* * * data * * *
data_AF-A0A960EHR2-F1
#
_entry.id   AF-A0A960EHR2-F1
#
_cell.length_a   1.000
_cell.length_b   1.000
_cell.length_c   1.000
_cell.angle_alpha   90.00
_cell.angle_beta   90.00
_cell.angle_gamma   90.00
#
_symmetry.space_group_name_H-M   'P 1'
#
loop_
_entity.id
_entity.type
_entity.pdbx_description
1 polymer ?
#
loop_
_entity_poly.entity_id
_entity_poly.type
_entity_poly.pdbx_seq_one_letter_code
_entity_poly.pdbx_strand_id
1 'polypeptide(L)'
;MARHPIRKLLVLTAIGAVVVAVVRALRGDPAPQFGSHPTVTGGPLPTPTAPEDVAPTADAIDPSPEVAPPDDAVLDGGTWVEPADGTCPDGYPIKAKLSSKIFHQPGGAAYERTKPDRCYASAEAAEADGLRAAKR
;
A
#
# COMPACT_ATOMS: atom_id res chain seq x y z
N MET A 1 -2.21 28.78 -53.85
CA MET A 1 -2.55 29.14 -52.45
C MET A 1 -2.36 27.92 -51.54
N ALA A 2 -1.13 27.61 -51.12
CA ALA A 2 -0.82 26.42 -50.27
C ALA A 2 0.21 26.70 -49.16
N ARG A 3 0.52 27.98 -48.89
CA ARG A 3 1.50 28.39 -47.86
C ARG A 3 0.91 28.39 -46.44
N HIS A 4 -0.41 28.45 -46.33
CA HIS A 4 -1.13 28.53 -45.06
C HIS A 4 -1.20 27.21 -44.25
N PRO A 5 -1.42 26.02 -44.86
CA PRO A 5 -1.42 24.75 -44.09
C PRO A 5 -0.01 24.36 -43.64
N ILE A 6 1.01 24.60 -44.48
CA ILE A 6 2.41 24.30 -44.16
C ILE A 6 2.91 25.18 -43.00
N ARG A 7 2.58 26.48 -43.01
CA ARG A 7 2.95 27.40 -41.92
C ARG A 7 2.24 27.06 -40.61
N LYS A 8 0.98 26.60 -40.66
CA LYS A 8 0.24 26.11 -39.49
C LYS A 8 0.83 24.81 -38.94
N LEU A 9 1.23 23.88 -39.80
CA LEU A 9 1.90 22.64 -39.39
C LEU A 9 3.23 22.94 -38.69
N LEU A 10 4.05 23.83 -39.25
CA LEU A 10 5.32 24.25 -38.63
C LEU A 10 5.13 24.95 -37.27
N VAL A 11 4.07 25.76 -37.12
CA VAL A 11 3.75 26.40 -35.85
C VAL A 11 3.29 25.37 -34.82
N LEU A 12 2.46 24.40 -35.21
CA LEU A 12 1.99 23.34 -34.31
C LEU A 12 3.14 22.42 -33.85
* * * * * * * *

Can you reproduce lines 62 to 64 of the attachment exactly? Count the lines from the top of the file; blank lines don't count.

CA VAL A 11 3.75 26.40 -35.85
C VAL A 11 3.29 25.37 -34.82
N LEU A 12 2.46 24.40 -35.21